That is giving Democrats an argument this year as well: Vote for Democrats if you don't want repeal to come back.

Read more here.

 

Dem introduces measure to overturn Trump expansion of non-ObamaCare plans

Senate Democrats are keeping up the drumbeat on attacking Republicans over pre-existing conditions ahead of the midterms.

The latest move: Sen. Tammy BaldwinTammy Suzanne BaldwinKlobuchar, O'Rourke visit Wisconsin as 2020 race heats up Dems offer smaller step toward ‘Medicare for all' Overnight Health Care — Sponsored by America's 340B Hospitals — Powerful House committee turns to drug pricing | Utah governor defies voters on Medicaid expansion | Dems want answers on controversial new opioid MORE (D-Wis.) on Wednesday introduced a measure to overturn a Trump administration rule expanding access to non-ObamaCare insurance plans.

Keep an eye out for a forced vote: Baldwin's office says she has the 30 senators necessary to force a vote on her measure before lawmakers leave town in October.

Baldwin is facing a competitive reelection race in a state that President TrumpDonald John TrumpJustice Department preparing for Mueller report as soon as next week: reports Smollett lawyers declare 'Empire' star innocent Pelosi asks members to support resolution against emergency declaration MORE won in 2016.

The backstory: At issue are rules the Trump administration finalized on Aug. 1 to expand short-term health insurance plans, allowing them to last up to one year instead of three months. The administration argues these plans give people a cheaper option than ObamaCare plans, but Democrats call them "junk" plans because they can deny coverage for pre-existing conditions and do not have to cover a range of benefits.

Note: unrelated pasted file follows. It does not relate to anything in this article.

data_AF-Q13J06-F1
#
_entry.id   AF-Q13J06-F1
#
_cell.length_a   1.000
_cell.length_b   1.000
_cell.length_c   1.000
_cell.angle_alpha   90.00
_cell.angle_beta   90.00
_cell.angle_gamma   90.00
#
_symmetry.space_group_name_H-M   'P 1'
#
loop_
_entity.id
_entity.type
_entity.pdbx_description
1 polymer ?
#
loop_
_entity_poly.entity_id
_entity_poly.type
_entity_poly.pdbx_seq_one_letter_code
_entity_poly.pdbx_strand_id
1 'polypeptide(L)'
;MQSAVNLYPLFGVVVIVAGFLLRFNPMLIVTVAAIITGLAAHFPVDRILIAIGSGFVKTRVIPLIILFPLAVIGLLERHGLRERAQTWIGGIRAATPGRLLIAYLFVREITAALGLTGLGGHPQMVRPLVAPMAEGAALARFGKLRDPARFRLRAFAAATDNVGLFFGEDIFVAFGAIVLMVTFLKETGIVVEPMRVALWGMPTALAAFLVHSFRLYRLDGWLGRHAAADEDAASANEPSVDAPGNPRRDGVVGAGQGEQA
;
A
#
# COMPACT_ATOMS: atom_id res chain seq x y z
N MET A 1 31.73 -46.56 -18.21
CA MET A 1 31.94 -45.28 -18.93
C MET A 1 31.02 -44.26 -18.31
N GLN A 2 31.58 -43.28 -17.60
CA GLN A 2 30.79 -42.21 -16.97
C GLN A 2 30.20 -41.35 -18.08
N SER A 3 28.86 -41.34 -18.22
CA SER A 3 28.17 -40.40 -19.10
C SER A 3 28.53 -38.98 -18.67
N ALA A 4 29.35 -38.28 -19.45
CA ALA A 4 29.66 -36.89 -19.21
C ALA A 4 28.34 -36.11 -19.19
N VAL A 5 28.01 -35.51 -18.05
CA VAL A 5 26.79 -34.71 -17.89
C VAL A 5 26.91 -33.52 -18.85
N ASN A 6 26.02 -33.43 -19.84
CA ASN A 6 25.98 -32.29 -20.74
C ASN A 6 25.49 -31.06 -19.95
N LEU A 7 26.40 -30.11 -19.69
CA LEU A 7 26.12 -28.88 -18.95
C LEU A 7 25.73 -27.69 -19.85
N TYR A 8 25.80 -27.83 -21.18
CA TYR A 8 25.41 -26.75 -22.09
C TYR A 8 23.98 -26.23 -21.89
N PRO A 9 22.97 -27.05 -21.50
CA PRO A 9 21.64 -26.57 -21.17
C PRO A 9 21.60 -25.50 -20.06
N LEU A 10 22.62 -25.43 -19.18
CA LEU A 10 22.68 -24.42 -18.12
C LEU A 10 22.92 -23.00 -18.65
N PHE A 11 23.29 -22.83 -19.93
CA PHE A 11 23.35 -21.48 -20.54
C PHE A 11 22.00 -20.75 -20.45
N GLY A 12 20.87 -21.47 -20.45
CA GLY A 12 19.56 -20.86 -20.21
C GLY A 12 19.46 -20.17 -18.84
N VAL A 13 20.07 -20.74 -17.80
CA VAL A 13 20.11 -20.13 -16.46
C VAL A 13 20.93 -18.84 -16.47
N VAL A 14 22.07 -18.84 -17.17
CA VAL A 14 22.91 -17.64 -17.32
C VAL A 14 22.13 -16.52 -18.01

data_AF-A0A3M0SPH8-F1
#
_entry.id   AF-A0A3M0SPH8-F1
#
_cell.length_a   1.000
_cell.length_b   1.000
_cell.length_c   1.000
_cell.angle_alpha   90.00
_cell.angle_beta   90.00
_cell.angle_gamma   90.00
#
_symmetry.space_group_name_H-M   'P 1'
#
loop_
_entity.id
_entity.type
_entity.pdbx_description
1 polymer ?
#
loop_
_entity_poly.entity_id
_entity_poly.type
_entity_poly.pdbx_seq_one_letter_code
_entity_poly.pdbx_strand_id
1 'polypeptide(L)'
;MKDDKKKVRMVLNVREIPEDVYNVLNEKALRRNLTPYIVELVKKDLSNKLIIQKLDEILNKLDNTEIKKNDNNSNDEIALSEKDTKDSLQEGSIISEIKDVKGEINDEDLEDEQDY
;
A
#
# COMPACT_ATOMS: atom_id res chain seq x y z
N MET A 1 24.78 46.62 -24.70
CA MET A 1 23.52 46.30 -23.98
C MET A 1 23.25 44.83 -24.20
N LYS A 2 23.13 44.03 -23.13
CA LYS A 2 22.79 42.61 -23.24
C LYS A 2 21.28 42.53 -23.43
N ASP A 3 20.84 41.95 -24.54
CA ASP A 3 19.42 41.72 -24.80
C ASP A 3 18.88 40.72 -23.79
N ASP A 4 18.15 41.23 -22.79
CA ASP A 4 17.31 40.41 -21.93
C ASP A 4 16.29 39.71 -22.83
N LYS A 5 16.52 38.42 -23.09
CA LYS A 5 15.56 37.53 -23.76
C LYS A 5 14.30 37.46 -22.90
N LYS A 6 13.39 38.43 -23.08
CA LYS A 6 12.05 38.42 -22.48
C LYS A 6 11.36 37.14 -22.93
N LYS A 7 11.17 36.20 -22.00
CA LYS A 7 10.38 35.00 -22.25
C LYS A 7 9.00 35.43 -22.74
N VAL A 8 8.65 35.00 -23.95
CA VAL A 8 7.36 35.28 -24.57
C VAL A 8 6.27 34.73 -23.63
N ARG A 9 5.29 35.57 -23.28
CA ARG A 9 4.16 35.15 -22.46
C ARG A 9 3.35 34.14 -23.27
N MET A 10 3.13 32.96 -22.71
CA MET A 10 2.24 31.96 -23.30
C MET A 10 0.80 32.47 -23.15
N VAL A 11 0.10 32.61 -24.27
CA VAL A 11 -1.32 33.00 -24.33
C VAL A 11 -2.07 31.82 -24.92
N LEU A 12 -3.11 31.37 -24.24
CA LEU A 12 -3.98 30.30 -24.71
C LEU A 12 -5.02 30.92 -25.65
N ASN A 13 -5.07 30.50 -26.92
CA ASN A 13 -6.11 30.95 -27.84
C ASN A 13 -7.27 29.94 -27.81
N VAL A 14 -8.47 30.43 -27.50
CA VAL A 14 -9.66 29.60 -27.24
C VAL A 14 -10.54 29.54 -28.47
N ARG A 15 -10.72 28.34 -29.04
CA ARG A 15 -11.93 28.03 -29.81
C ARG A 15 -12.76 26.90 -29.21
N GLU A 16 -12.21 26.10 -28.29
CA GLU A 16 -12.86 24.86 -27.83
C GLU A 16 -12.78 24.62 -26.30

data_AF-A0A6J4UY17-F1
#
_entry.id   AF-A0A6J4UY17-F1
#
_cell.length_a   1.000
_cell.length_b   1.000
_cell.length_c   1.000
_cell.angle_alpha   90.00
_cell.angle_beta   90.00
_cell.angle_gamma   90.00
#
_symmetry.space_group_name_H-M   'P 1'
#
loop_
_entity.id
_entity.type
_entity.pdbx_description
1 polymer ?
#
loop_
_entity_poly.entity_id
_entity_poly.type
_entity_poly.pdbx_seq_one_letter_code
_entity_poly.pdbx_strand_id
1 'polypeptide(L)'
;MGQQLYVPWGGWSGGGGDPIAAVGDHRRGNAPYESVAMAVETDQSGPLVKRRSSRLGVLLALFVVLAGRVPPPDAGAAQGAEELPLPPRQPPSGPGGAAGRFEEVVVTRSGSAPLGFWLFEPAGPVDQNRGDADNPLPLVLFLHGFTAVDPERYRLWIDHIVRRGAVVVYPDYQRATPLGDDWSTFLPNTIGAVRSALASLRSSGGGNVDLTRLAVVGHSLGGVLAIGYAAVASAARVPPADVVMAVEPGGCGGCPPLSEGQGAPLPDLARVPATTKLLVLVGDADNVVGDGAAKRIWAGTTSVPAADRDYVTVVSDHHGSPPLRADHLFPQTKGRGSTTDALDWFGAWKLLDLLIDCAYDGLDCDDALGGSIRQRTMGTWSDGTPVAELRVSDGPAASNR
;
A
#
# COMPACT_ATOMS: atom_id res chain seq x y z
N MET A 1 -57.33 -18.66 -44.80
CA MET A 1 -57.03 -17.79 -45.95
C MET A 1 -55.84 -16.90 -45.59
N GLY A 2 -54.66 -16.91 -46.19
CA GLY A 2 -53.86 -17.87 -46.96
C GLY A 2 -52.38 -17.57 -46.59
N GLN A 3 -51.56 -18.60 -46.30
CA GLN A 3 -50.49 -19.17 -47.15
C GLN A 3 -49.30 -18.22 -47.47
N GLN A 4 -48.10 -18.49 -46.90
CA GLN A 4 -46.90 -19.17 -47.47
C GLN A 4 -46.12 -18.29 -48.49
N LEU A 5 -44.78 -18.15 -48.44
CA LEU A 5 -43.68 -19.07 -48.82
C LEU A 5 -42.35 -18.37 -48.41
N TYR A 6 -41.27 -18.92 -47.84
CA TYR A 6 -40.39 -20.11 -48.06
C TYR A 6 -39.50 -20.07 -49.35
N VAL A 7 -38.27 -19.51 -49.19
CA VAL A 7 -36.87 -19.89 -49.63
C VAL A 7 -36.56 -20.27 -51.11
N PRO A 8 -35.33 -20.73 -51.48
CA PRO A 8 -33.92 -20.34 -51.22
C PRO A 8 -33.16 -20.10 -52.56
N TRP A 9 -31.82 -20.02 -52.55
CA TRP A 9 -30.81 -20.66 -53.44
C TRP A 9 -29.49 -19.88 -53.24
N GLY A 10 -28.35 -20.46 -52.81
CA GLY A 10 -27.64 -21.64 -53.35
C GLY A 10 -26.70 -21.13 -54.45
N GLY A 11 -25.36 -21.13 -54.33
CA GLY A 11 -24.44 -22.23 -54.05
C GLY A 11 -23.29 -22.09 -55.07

Read more here.

 

CDC: Uninsured rates hold steady after one year of Trump

After all the turmoil in health policy in 2017, the uninsured rate was... well, basically unchanged.

That's according to new data from the Centers for Disease Control and Prevention.

In the first three months of 2018, 8.8 percent of people of all ages were uninsured, or 28.3 million people, according to the report.

There was no "significant change," the CDC said, from the same period last year, when 9.1 percent of people, or 29.3 million, were uninsured.

The steady rates come despite several policy changes made to ObamaCare by the Trump administration.

It shortened the open enrollment period for 2018, cut funding to local groups that sign people up for coverage and ended ObamaCare insurer subsidies, among other actions.

But, remember: The impacts of Congress's repeal of the individual mandate are still unknown, as it doesn't take effect until January 2019, but some experts think it could cause people to drop coverage.

Read more here.

 

The Hill event 

Join us Wednesday, Sept. 12 for "A Healthy Start: Infant and Early Childhood Nutrition," featuring Reps. Nanette Barragán (D-Calif.) and Bobby Scott (D-Va.), and Administrator of the Food and Nutrition Service Brandon Lipps. Editor in Chief Bob Cusack will sit down with the headliners to discuss maternal, infant, and early childhood nutrition, and what steps can be taken to establish healthier eating patterns across all communities. RSVP Here.

 

What we're reading

Kavanaugh signals skepticism about the latest GOP lawsuit to overturn Obamacare (Los Angeles Times)

ObamaCare tied to fewer uninsured hospitalizations for heart disease, cancer (Reuters)

 

State by state

Obamacare premiums expected to increase by 5 percent in Florida in 2019 (Orlando Sentinel)

California Assembly backs medication abortion on campuses (Associated Press)